All it’s quacked up to be

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Duck farmer expects longevity in agriculture field

By Stephanie Rogers – Special to the Colchester Weekly News
BIBLE HILL, N.S. – Not the cry, but the flight of the duck, leads the flock to fly and follow… or so the old saying goes.

Josh Kelly, known by many as Duckie, understands the satisfaction of a hard, successful day’s work on the farm. Kelly is a fourth-generation duck farmer and student at the Dalhousie Agricultural Campus in Bible Hill. Submitted photo
Josh Kelly, known by many as Duckie, understands the satisfaction of a hard, successful day’s work on the farm. Kelly is a fourth-generation duck farmer and student at the Dalhousie Agricultural Campus in Bible Hill. Submitted photo
It’s a phrase that perhaps applies a bit more closely to Josh Kelly than many of his peers. Affectionately known as “Duckie” to his friends on the agricultural campus in Bible Hill, Kelly is a fourth-generation duck farmer.

“The name Duckie started in my first year,” he said. “Coming from a large duck farm in Ontario, it was a way for my peers to recognize me and has really given me an opportunity to leave my legacy within the school.”

The duck farm is King Cole Ducks Ltd. — the largest of its kind in Canada, producing about 2.5 million ducks annually for its line of ready-to-cook and fully cooked duck products.

“The only animals we raise on the farm are ducks and a bunch of rowdy kids growing up on the farm,” he said.

Born and raised in Queensville, Ont., the third-year agri-business student decided to come to school on the East Coast rather than staying closer-to-home at the University of Geulph.

“I didn’t believe I could succeed in the learning environment that the larger classes at Guelph provide,” he explained. “With the smaller class sizes at the AC you really gain a very good understanding of the information you are trying to retain and if you are struggling, professors are very good at making sure all of their students are properly taught.”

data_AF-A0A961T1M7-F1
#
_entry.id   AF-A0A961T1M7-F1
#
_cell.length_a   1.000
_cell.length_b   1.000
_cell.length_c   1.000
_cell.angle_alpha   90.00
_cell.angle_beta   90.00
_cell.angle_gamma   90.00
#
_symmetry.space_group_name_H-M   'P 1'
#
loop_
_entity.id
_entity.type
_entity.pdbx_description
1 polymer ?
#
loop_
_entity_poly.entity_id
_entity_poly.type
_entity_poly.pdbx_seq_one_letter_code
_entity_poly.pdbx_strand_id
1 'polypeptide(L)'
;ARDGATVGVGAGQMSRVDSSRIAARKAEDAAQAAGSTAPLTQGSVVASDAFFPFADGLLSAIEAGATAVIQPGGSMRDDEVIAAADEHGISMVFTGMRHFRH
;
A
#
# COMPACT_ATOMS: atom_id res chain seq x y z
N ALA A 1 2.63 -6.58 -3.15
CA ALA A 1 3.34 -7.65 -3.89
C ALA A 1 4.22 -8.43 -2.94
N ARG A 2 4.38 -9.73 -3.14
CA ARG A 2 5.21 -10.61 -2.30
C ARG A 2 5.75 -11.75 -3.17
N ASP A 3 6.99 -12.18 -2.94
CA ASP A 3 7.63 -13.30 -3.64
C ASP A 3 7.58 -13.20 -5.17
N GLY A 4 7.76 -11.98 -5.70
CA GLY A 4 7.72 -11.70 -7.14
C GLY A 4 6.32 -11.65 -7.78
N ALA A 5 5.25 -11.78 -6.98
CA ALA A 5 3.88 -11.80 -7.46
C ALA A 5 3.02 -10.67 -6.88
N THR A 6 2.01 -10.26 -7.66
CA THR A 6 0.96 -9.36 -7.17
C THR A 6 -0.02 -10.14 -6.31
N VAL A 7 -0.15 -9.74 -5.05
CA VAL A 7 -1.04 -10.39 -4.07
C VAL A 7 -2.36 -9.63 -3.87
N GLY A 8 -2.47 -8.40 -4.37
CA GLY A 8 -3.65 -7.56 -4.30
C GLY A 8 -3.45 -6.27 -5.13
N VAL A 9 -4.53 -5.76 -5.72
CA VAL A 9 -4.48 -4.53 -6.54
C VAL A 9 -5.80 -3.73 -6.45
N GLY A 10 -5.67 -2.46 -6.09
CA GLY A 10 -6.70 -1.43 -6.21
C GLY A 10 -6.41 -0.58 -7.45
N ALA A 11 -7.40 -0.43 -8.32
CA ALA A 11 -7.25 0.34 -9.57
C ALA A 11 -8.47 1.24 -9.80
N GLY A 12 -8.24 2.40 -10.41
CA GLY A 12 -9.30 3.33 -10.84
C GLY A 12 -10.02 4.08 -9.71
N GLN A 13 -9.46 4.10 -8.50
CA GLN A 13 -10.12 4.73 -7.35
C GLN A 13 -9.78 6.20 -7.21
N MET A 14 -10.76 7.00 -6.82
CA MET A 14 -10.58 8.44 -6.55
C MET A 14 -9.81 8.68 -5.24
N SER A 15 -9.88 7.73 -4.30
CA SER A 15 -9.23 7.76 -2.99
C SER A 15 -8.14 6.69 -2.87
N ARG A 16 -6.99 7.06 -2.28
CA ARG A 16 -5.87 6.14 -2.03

At Dal, Duckie has taken campus by storm. Living in residence all four years of his program, he became a natural at getting others involved in activities, from house challenges and Monday night hockey.

“I show the students that getting involved is fun and not just a job,” he said.

Duckie has now added residence assistant to his ever growing list of campus involvements.

“I’ve always been a leader,” Duckie said. “Building and maintaining personal relationships with others is the key to success as a leader.”

He credits his grandfather, who started his own farm when he was 20 years old, as a source of inspiration.

“Through hard work and being a great leader, he built the business to be the largest one of its kind in Canada.”

These leadership qualities are why his 2015 Impact Award came as no surprise to those around him. SAIL (Student Advancement in Leadership) Impact Student Leadership Awards recognize the dedication of the leadership students to their experiential learning and the sharing of their knowledge with others. He was awarded the Residence Student Leadership Award, presented to a student who has demonstrated significant leadership, commitment and spirit improving the quality of life for students in residence.

“Getting involved within the campus is most likely the top advice I give to new students entering AC,” he said. “I have tried to get involved as much as I can.”

And as for his plans after graduation in May, Duckie knows one thing for sure.

“A career in agriculture is a pretty simple choice for me. I grew up working on the farm and there is no better feeling than getting done a long day knowing you have completed your goal. If it’s raising animals or growing crops, after your day you know that you are not only helping yourself earn an income but also helping feed Canadians.

“Agriculture is one of the only industries that will always be around. You cannot stop growing food because people will always have to eat and to know that you are doing that is pretty amazing, if you ask me.”

Stephanie Rogers is the communications manager for the Dalhousie University Faculty of Agriculture in Bible Hill.

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